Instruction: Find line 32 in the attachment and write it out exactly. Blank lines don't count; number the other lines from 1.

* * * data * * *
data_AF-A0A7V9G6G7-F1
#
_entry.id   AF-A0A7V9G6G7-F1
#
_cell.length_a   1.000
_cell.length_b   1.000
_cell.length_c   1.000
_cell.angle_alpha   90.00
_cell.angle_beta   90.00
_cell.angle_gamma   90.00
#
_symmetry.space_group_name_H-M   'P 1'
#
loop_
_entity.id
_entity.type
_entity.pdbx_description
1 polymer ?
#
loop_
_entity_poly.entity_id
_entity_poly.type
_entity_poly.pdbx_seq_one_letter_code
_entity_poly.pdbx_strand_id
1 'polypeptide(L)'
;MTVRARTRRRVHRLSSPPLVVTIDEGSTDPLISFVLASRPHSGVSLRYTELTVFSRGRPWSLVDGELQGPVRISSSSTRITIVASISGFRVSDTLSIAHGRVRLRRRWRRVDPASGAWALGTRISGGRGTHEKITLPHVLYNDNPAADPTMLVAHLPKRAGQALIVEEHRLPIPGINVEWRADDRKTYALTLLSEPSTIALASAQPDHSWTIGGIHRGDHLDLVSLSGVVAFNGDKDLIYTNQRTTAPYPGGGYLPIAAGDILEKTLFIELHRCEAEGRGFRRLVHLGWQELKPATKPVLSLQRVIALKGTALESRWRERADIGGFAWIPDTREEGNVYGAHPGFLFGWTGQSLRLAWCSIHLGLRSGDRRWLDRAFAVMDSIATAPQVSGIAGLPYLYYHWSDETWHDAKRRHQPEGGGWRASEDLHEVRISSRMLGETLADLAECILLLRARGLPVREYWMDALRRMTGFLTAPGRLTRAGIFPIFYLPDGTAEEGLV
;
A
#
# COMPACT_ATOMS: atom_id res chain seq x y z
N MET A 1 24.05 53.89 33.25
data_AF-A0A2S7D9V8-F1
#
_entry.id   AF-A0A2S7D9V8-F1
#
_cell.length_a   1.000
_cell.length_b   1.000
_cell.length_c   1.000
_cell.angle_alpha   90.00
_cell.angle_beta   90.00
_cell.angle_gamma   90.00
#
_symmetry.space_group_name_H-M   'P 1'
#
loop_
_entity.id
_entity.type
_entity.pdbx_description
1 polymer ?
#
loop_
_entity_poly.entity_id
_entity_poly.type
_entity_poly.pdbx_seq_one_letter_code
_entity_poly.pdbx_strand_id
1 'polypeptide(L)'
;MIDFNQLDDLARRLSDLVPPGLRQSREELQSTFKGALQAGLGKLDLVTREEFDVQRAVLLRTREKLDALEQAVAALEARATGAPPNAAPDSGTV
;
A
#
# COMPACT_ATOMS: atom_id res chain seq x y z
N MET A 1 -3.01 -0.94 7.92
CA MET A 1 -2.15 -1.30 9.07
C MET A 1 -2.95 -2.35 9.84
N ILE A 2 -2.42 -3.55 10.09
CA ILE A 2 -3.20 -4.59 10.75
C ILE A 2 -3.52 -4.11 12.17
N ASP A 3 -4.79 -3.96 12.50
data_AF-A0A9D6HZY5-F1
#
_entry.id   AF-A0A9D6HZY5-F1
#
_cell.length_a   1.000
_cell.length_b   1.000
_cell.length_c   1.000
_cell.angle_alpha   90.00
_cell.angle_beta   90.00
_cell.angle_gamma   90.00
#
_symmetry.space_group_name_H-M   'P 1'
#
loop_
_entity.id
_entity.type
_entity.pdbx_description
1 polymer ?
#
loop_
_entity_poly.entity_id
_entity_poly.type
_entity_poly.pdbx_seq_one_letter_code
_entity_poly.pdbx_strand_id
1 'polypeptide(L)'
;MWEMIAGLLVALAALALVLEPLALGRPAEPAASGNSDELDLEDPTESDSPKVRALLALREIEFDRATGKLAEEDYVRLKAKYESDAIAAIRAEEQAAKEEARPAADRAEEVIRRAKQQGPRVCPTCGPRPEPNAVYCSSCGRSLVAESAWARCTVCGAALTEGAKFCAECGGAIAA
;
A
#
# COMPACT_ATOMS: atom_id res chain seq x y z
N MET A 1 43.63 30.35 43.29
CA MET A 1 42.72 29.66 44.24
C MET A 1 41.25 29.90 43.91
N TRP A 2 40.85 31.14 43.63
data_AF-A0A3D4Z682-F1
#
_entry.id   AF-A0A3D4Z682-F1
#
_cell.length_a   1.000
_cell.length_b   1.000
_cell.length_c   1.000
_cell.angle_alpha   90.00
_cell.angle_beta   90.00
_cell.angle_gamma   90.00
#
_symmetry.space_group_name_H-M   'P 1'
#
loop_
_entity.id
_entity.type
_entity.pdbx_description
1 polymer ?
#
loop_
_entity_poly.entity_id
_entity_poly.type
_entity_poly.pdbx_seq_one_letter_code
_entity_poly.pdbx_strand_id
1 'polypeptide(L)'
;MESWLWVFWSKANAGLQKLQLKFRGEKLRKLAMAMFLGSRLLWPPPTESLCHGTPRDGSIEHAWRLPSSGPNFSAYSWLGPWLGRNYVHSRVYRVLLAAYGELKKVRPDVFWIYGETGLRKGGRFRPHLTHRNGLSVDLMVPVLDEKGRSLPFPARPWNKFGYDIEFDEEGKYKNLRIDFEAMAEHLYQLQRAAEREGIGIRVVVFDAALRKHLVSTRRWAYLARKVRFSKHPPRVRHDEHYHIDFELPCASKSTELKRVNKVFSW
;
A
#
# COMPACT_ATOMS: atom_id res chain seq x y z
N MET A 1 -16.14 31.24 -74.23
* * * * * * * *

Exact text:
data_AF-A0A2S7D9V8-F1